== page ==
Wednesday, November 11, 2015

Astounding architecture, everlasting light,
and baguettes and cheese for dinner.
Experience a weekend in the City of Light
without breaking the bank.
In a city where public parks are plentiful, a luminous
natural light is ever-present, and walking has become a pastime with its own
fancy name (see: the flaneur), it's possible to experience Paris with little
more than one's eyes and feet.
Of course, our taste buds would get the short
end of the stick if we didn't spend anything, so here's how to enjoy a
Parisian weekend on $25 a day.
Saturday: Arts & Culture in Charming Montmartre Begin by downloading
the free Flash Invaders app.
While it won't direct you to a Monet or point you
toward a Picasso, it's a fun game to play as you stroll the city by foot,
keeping an eye out for work by the famous French street artist known for
stealthily installing hundreds of quirky mosaics on buildings and structures
throughout the 20 arrondissements.
Snap 'em as you see them, and rack up
points along the way.
You'll definitely find a few in Montmartre, one of the oldest areas of the
city, with its winding cobblestone streets and few remaining
windmills.
Educate yourself on the history of this cultural hub by paying a
visit to the oft-overlooked gem of a museum, the Musée de Montmartre
($9).
Inside the former home of artists like Renoir, you'll learn about other
painters such as Toulouse-Lautrec and the Moulin Rouge era.
It'll provide
perspective for your forthcoming stroll around the "butte" (literal
translation: mound), as it's called on account of its hilly landscape.
Afterwards, stop for lunch at the charming, vegetarian-friendly Soul
Kitchen, where a fixed daily menu includes a choice of a hot and healthy main
dish (lasagna, curry bowl, frittata, etc.) a salad and a dessert for $12.
Once you're feeling good and energized, get lost amid the streets behind
Sacré-Coeur, finding the Place du Tertre where modern-day artists have their
easels set up.
If you can stand the crowds, make your way to the church itself
and marvel at the city down below.
Eventually, find your way to the famous Rue
Lepic going downhill, stopping at the blue door in front of No.
54, where van
Gogh once lived with his brother, Theo.
Continue as the block winds to the
right until it drops you off in front of the Moulin Rouge itself.
Snap a few
pics and take a left on the boulevard toward the trendy area called South
Pigalle, once known for its seedy (and sexy) nightclubs.
Find the Rue des Martyrs, a street much adored by locals.
It features
various specialty food traiteurs and boutiques, where you'll spend your
remaining dollars on some quality cheese and a baguette for dinner back at
your room ($4).
If you've got change to spare, duck in for a buttery, crusty
croissant at famed patisserie Sebastian Gaudard ($3).
Sunday: Literary History and Monuments by the Seine Start the day on Rive
Gauche at Shakespeare & Company bookstore, a rickety old establishment at
the banks of the Seine originally opened by American expat Sylvia Beach in
1919.
The multilevel space is filled to the rafters with new hardcovers,
out-of-print tomes, and nooks and crannies that reveal quotes, signatures and
photos from eras long gone.
Following your literary exploration, head next
door for a nosh at its newly opened café, which features coffee from Paris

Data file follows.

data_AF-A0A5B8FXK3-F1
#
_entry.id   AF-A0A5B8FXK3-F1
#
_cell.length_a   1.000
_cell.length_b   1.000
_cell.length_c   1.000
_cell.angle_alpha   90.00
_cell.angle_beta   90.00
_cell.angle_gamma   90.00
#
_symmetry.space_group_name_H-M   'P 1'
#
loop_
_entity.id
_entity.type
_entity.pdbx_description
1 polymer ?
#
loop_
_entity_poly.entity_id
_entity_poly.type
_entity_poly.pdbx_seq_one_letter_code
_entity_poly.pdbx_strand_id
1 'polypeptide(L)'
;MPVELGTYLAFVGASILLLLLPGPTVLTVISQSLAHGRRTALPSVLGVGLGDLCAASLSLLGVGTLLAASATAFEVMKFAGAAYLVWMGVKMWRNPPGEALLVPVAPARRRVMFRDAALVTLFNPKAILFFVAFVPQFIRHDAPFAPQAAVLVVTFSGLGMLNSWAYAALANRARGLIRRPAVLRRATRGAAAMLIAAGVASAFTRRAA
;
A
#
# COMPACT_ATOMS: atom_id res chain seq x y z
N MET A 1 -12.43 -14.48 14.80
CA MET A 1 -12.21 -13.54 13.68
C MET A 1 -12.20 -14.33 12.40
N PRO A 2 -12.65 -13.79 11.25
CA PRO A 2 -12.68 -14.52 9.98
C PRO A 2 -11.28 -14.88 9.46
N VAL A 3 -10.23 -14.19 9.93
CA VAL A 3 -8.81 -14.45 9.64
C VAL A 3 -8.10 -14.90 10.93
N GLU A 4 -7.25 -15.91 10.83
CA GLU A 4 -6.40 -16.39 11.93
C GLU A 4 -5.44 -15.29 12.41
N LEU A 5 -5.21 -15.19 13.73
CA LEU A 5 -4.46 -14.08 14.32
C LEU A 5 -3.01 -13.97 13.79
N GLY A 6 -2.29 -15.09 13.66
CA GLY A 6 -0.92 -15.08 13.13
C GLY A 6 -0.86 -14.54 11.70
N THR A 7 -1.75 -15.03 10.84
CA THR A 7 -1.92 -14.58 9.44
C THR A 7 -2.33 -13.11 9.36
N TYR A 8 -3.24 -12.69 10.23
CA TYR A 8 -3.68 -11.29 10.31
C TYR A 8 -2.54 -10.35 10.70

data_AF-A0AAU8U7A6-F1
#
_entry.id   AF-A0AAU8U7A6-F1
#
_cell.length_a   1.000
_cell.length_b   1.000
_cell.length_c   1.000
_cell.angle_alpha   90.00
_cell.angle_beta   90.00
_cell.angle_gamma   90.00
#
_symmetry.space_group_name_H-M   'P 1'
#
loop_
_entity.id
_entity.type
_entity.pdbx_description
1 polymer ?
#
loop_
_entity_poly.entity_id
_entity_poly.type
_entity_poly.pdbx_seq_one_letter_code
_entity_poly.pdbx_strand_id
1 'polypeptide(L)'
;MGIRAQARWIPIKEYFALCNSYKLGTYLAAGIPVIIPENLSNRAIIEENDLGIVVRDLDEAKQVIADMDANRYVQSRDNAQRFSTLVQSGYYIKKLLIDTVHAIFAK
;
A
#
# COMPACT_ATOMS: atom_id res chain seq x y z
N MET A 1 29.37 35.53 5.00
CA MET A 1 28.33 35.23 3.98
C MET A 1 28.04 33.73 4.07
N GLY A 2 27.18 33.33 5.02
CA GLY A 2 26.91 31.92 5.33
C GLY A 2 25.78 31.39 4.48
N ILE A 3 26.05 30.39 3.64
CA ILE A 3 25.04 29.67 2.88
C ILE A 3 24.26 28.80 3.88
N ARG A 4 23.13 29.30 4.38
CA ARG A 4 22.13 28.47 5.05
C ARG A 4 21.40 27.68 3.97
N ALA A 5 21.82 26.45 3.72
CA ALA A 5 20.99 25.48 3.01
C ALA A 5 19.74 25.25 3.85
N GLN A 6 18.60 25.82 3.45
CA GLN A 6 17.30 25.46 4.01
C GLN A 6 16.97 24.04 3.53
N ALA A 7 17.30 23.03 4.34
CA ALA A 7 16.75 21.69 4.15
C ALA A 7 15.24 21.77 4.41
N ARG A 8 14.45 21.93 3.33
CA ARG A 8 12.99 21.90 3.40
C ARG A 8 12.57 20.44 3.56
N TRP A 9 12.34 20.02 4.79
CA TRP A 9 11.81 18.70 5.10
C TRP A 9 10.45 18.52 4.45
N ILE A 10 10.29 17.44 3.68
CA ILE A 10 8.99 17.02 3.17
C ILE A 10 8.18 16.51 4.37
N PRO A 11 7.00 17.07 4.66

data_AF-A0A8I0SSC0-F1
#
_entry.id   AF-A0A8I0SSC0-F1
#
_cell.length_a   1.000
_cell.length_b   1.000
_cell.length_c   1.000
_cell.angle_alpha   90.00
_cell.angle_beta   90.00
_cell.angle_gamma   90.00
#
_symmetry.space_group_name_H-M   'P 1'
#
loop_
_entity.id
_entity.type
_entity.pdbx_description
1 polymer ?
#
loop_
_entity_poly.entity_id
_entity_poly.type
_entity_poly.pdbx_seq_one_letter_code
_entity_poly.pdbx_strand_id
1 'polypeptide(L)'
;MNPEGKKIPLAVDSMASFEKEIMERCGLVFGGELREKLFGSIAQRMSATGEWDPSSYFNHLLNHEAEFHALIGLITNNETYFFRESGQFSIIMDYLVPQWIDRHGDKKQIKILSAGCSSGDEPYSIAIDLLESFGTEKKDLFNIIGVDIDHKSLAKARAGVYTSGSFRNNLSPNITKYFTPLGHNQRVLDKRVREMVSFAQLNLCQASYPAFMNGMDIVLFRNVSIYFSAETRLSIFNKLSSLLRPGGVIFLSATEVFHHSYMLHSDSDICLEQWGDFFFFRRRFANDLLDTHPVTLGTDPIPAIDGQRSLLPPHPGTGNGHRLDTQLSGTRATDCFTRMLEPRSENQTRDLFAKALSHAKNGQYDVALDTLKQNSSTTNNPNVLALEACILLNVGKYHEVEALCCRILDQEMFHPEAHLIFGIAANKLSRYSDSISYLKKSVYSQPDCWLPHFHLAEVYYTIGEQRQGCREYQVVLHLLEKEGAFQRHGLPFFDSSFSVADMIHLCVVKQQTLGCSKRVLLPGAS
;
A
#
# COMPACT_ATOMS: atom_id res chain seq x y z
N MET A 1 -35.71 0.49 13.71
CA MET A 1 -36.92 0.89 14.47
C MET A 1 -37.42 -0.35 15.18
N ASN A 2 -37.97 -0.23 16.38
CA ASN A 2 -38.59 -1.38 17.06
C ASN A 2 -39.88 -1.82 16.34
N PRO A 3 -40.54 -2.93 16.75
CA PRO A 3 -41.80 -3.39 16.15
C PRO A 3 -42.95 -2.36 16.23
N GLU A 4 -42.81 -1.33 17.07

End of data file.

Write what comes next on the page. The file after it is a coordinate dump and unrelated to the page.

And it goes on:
roaster Cafe Lomi, and savory and sweet treats from Bob's Bake Shop ($8).
Next, it's time to practice the art of patience by waiting in the seemingly
infinite line outside the city's most famous Gothic cathedral, the Notre Dame
de Paris, just across the river.
(It moves fast—plus, it's free.
Only
climbing to the top requires a ticket.) After you've marveled at its
gargoyles and gotten a peek at what's believed to be Jesus' Crown of Thrones,
make your way onto Rive Droite, landing just in front of Hotel De Ville, the
city's official town hall.
Inspect its revived Renaissance facade, and see if
you can spot the sculpture of mathematician Jean le Rond d'Alembert by Auguste
Rodin among the dozens of other famed and stonefaced French academics.
From here, walk a few blocks north on Rue de Renard to a completely
different architectural masterpiece: the Centre Pompidou.
Completed in 1977,
the industrial complex is home to some of the world's most famous modern art,
including a massive, 25-foot-high mobile by sculptor Alexander Calder that
stands out front.
It's free to enter the library or take the tunnel-like
escalators up to the trés chic restaurant Le Georges—just for the view, of
course.
Weather depending, this might be a good time to take out one of the city's
Velib rental bikes.
For only $2, you can ride as many times as you'd like (in
30 minute intervals) for 24 hours, hopping on and off and docking whenever you
see a station.
Start with a short distance and head west toward the Galeries
du Palais-Royal.
Dock your bike, and then roam the beautifully manicured
gardens of the former estate, home to many aristocrats.
By now, you should be ready for rest and a beverage.
Hop back on the bike
down Rue de Rivoli, passing the Louvre and the Jardin des Tuileries on your
left.
Carefully ride your way around Place de Concorde to cross over the river
once more.
Find a docking station and head to Rosa Bonheur sur Seine, a hip
bar and snack spot on a renovated barge docked by Pont Alexandre III.
Grab a
table on the deck to watch the sunset while sipping a glass of wine ($4) and
munching on tapas like fried goat cheese, sardines, and artichoke dip,
($3-$10).
Sara Lieberman lives in Paris and covers the city for Travel + Leisure.
It's easy to enjoy Paris on $25 a day with affordable
or free visits to museums, parks, monuments and more.

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